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gnuplot - an interactive plotting program


X11 Options
See Also


gnuplot [X11 options] [options] [file ...]


Gnuplot is a command-driven interactive function plotting program.

If file names are given on the command line, gnuplot loads each file with the load command, in the order specified, and exits after the last file is processed. If no files are given, gnuplot prompts for interactive commands.

Here are some of its features:

Plots any number of functions, built up of C operators, C library functions, and some things C doesn’t have like **, sgn(), etc.

User-defined constants and functions.

All computations performed in the complex domain. Just the real part is plotted by default, but functions like imag() and abs() and arg() are available to override this.

Also support for plotting data files, to compare actual data to theoretical curves.

Nonlinear least-squares fitting.

2D plots with mouse-controlled zooming.

3D plots with mouse-controlled point of view.

User-defined X and Y ranges (optional auto-ranging), smart axes scaling, smart tic marks.

Labelling of X and Y axes.

Shell escapes and command line substitution.

Load and save capability.

Support for many output devices and file formats.

Output redirection.


-p, --persist lets plot windows survive after main gnuplot program exits.

-e "command list" executes the requested commands before loading the next input file.

-h, --help print summary of usage

-V show current version


Gnuplot provides the x11 terminal type for use with X servers. This terminal type is set automatically at startup if the DISPLAY environment variable is set, if the TERM environment variable is set to xterm, or if the -display command line option is used. For terminal type x11, gnuplot accepts the standard X Toolkit options and resources such as geometry, font, and background. See the X(1) man page for a description of the options. In addition to the X Toolkit options:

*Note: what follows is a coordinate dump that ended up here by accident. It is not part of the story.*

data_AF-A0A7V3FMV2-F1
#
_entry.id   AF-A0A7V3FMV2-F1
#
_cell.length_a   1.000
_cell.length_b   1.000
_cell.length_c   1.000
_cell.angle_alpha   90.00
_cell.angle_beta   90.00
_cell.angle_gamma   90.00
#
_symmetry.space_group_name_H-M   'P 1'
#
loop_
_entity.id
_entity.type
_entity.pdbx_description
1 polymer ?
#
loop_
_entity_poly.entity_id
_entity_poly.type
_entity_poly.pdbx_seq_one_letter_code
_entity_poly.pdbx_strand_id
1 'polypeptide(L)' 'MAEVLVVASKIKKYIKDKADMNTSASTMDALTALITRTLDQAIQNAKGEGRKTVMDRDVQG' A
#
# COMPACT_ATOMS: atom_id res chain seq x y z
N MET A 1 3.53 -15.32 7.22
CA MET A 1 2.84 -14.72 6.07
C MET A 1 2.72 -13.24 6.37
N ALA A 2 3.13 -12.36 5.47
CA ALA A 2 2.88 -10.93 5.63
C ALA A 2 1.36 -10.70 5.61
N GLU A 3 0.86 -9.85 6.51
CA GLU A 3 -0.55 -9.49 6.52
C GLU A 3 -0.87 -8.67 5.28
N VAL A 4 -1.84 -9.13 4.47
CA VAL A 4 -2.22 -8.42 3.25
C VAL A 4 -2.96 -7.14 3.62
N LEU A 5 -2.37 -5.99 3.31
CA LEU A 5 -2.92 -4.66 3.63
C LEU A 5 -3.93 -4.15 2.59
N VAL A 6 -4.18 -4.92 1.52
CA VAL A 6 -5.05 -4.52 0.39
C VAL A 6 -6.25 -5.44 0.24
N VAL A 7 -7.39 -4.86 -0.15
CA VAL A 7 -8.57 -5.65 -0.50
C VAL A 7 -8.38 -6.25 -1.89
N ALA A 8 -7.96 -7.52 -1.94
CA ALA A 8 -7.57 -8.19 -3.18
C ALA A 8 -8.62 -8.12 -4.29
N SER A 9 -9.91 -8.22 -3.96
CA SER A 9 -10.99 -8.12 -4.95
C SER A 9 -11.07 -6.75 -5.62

-clear requests that the window be cleared momentarily before a new plot is displayed.

-gray requests grayscale rendering on grayscale or color displays. (Grayscale displays receive monochrome rendering by default.)

-mono forces monochrome rendering on color displays.

-raise raises the plot window after each plot.

-noraise does not raise the plot window after each plot.

-tvtwm requests that geometry specifications for position of the window be made relative to the currently displayed portion of the virtual root.

These options may also be controlled with resources in your .Xdefaults file. For example: gnuplot*gray: on .

Gnuplot provides a command line option (-pointsize v) and a resource (gnuplot*pointsize: v) to control the size of points plotted with the "points" plotting style. The value v is a real number (greater than 0 and less than or equal to ten) used as a scaling factor for point sizes. For example, -pointsize 2 uses points twice the default size, and -pointsize 0.5 uses points half the normal size.

For monochrome displays, gnuplot does not honor foreground or background colors. The default is black-on-white. -rv or gnuplot*reverseVideo: on requests white-on-black.

For color displays gnuplot honors the following resources (shown here with default values). The values may be color names in the X11 rgb.txt file on your system, hexadecimal RGB color specifications (see X11 documentation), or a color name followed by a comma and an intensity value from 0 to 1. For example, blue,.5 means a half intensity blue.

gnuplot*background: white
gnuplot*textColor: black
gnuplot*borderColor: black
gnuplot*axisColor: black
gnuplot*line1Color: red
gnuplot*line2Color: green
gnuplot*line3Color: blue
gnuplot*line4Color: magenta
gnuplot*line5Color: cyan
gnuplot*line6Color: sienna
gnuplot*line7Color: orange
gnuplot*line8Color: coral

When -gray is selected, gnuplot honors the following resources for grayscale or color displays (shown here with default values). Note that the default background is black.

gnuplot*background: black
gnuplot*textGray: white
gnuplot*borderGray: gray50
gnuplot*axisGray: gray50
gnuplot*line1Gray: gray100